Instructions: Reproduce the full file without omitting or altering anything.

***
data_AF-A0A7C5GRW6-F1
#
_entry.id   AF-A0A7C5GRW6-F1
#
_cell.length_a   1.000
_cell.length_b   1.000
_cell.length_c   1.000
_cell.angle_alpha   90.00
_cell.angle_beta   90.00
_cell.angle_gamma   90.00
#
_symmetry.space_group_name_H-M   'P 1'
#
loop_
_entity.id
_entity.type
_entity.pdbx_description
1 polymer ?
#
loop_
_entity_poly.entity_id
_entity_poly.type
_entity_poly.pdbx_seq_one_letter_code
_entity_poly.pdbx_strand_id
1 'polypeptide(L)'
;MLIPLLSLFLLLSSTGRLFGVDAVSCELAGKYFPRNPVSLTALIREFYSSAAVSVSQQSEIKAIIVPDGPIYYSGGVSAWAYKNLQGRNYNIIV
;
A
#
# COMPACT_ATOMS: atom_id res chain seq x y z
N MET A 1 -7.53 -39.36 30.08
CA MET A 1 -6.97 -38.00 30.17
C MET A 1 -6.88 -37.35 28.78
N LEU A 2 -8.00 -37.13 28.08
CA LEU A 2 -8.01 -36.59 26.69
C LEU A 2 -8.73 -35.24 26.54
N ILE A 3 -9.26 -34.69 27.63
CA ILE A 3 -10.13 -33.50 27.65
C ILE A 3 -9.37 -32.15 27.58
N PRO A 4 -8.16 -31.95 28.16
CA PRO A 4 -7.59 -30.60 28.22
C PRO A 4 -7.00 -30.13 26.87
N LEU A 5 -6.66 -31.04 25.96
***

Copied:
data_AF-A0A7C5GRW6-F1
#
_entry.id   AF-A0A7C5GRW6-F1
#
_cell.length_a   1.000
_cell.length_b   1.000
_cell.length_c   1.000
_cell.angle_alpha   90.00
_cell.angle_beta   90.00
_cell.angle_gamma   90.00
#
_symmetry.space_group_name_H-M   'P 1'
#
loop_
_entity.id
_entity.type
_entity.pdbx_description
1 polymer ?
#
loop_
_entity_poly.entity_id
_entity_poly.type
_entity_poly.pdbx_seq_one_letter_code
_entity_poly.pdbx_strand_id
1 'polypeptide(L)'
;MLIPLLSLFLLLSSTGRLFGVDAVSCELAGKYFPRNPVSLTALIREFYSSAAVSVSQQSEIKAIIVPDGPIYYSGGVSAWAYKNLQGRNYNIIV
;
A
#
# COMPACT_ATOMS: atom_id res chain seq x y z
N MET A 1 -7.53 -39.36 30.08
CA MET A 1 -6.97 -38.00 30.17
C MET A 1 -6.88 -37.35 28.78
N LEU A 2 -8.00 -37.13 28.08
CA LEU A 2 -8.01 -36.59 26.69
C LEU A 2 -8.73 -35.24 26.54
N ILE A 3 -9.26 -34.69 27.63
CA ILE A 3 -10.13 -33.50 27.65
C ILE A 3 -9.37 -32.15 27.58
N PRO A 4 -8.16 -31.95 28.16
CA PRO A 4 -7.59 -30.60 28.22
C PRO A 4 -7.00 -30.13 26.87
N LEU A 5 -6.66 -31.04 25.96